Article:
‘Curve against the air and twist.‘ it sounded simple, but it had taken her months to learn how to do it just right. How to twist your body instinctively through the air and turn so that when you hit the net you landed on your back, arms out, weight dispersed. Months more practice had made it instinct. The muscles, after all, remember even when the brain does not. Even when the muscles are no longer there. Even when muscles had been replaced with brass and clockwork.
‘Curve against the air and twist.‘ get it right and you landed in the middle of the net, your whole body spreading the force of the landing.
‘Curve against the air and twist.‘
And so she did, and doing so tried to blank out the thought that the cold sandstone slabs of the courtyard were not in any way shape or form something you could describe as a net.
‘Curve against the air and twist.‘
A second must of pasted, a second or a lifetime. She had hit the floor, and for a moment she was gone. Should have been gone. Would have stayed blacked out, at the very least, but for the last vestiges of the adrenaline coursing through her system, she had dosed herself with moments before. Her body was screaming. Her left arm had a dint in it that she would have to knock out later with a hammer, metal was so much less forgiving than flesh sometimes. As she stumbled to her feet, she heard a rattle from within and cursed to herself. She would need her horologist’s tools as well, damn clockwork.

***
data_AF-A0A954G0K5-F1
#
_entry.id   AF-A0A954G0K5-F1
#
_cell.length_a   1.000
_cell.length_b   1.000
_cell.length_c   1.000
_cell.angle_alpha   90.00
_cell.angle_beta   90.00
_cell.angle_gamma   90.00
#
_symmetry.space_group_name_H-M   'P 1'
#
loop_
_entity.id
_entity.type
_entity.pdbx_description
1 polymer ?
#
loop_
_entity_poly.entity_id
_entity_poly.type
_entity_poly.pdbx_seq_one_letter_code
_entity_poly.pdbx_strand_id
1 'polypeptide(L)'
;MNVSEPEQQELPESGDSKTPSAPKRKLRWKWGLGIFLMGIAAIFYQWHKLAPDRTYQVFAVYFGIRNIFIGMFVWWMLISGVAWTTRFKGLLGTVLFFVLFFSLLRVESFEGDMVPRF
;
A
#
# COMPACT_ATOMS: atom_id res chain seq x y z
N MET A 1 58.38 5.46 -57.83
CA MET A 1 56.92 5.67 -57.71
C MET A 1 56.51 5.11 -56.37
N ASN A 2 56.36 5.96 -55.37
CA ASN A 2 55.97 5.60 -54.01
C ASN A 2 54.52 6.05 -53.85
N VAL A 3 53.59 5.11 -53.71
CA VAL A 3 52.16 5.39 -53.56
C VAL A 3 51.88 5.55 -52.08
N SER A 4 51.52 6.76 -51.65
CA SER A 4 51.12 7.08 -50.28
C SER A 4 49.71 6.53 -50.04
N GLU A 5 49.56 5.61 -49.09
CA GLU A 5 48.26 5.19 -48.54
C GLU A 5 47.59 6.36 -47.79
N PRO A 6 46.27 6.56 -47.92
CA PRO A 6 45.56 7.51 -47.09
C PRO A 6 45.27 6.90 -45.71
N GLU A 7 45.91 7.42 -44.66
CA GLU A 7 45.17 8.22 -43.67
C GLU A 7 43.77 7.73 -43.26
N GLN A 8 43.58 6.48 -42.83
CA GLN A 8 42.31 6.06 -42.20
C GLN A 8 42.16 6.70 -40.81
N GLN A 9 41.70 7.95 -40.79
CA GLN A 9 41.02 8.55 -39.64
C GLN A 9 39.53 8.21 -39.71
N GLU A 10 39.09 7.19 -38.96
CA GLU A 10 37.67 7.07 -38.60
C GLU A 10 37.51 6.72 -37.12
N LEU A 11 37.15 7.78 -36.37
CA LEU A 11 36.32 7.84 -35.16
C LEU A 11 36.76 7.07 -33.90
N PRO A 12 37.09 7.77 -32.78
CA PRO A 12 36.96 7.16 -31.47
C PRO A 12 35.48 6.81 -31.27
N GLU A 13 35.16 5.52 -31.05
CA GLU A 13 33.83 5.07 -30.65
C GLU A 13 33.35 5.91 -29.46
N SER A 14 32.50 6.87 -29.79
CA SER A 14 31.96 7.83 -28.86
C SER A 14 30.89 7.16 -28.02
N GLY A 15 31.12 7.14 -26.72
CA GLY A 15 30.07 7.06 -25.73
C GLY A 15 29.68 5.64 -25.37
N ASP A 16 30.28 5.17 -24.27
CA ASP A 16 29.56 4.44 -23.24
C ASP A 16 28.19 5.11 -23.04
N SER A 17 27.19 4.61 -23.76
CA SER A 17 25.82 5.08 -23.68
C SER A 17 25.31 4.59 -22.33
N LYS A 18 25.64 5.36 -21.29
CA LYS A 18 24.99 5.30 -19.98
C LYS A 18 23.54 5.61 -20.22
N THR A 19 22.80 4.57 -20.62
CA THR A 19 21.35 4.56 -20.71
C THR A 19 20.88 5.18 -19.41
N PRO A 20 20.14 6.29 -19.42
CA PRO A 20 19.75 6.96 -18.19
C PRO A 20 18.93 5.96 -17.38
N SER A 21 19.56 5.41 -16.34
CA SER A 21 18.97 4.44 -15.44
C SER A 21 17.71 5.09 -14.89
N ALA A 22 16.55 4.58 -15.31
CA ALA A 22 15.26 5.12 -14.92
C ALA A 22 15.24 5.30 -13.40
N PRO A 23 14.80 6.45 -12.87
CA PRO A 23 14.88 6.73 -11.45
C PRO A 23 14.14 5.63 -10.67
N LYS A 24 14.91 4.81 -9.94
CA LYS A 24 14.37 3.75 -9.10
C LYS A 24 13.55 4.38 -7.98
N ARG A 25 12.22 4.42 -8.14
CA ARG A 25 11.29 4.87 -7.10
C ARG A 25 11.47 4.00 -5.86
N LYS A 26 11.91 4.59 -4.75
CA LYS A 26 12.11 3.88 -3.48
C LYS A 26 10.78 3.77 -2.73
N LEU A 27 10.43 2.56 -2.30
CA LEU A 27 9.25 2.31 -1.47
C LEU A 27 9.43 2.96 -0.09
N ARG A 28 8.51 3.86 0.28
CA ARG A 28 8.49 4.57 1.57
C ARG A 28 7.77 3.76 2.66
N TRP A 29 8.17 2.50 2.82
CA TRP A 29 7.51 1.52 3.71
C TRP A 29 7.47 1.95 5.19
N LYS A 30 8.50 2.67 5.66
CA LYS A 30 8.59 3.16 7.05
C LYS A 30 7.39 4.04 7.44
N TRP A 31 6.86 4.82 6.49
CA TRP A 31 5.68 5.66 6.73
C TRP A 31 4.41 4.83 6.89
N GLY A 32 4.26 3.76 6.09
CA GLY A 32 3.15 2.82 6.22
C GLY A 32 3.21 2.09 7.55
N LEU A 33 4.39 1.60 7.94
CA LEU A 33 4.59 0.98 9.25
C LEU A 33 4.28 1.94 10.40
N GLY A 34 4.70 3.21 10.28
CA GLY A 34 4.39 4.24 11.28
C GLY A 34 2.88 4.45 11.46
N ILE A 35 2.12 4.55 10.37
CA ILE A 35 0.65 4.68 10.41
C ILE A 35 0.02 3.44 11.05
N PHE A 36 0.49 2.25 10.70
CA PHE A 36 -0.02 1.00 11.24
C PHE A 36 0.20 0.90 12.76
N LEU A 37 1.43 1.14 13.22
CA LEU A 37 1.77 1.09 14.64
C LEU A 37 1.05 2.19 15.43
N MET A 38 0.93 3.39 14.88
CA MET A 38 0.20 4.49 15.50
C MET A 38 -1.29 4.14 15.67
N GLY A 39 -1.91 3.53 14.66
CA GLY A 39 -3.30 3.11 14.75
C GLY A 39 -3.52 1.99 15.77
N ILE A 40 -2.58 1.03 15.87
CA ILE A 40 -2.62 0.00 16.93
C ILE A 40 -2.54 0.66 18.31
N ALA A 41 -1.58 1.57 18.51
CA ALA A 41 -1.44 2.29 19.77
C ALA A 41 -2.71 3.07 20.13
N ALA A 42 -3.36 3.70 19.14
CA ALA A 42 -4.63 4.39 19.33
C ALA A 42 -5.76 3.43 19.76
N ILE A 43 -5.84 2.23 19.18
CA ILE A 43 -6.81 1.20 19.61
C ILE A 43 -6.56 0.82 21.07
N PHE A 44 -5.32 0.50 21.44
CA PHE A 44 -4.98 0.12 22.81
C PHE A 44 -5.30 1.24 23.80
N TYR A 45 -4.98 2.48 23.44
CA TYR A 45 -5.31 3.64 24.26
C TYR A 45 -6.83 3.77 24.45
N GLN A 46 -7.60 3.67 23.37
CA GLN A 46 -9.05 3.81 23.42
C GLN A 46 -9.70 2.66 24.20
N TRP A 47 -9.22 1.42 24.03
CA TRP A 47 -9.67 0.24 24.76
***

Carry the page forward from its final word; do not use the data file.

“Bloody sight less painful with a net.” she cursed and set off into the night, she had an appointment to keep and the rest of the plan to complete, repairs would have to wait a while. Another shot of adrenaline, that was the thing, just the damn ticket in fact. She thought, ignoring caution as she ever did, and the fire burned through her system once more.
Sometime later she spared a moment’s passing thought for the man she had left tied to the bed when the Sleepmen arrived. Though in utter fairness, the thought was fleeting and a tad unpolite.
Bad Penny (not her actual name but just how old Harry thinks of her, because of her habit of turning up in his life at unhelpful moments) is a character Hannibal Smyth’s world. As Hannibal narrates his own story and is somewhat self-centred in the telling of it, somethings happen off screen and other characters are explored only through Harrys somewhat selfinvolved eyes. So when I was writing A Spider In the Eye, I wrote several third-person bits around other characters, as treatments, just to set them in my own mind, rather than just rely on old Harry’s ‘Hannibal tinted’ glasses. The basis of this post started out as one of them, though it has been adapted and rewritten a little. Bad Penny started out with only a small cameo role but she took on a life of her own and has become somewhat more significant than I ever expected in the forth coming sequal, ‘From Russia with Tasels’